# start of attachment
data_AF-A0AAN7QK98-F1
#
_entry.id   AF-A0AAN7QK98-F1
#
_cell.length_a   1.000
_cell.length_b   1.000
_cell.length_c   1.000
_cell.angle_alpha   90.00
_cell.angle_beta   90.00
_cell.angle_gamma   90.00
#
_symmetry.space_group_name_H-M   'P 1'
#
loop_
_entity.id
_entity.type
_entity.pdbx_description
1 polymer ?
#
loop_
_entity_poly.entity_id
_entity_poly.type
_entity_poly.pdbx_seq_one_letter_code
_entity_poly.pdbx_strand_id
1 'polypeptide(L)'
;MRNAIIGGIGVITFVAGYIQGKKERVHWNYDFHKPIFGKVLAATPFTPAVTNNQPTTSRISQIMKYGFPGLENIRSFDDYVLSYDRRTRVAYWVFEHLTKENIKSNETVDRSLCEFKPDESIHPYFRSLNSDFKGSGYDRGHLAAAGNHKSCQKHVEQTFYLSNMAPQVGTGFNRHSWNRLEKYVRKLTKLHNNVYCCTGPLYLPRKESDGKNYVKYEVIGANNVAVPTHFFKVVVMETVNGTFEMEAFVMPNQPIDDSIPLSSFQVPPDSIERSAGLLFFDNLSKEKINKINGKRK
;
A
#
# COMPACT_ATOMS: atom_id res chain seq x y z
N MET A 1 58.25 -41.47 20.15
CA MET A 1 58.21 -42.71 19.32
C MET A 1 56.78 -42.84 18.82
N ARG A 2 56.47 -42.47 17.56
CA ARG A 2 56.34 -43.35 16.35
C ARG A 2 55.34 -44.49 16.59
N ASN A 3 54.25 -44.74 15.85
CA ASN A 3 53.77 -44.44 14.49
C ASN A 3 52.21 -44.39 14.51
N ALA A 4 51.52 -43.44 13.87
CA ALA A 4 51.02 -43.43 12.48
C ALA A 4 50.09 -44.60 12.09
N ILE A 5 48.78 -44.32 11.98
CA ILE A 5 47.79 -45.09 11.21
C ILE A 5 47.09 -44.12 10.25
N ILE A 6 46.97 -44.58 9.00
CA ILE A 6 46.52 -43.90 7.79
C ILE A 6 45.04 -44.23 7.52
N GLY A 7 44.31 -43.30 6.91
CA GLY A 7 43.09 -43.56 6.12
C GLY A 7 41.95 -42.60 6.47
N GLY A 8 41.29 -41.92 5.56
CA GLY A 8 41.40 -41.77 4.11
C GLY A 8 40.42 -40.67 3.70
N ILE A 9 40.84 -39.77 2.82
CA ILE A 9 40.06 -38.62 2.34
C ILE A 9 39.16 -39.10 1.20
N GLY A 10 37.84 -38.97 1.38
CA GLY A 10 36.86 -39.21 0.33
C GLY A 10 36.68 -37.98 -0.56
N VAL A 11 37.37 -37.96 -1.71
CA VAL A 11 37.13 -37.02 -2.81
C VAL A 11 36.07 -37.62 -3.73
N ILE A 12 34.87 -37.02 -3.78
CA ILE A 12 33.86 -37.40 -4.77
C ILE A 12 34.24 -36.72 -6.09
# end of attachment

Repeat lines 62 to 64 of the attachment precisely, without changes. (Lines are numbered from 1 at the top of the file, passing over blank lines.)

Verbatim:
CA VAL A 11 37.13 -37.02 -2.81
C VAL A 11 36.07 -37.62 -3.73
N ILE A 12 34.87 -37.02 -3.78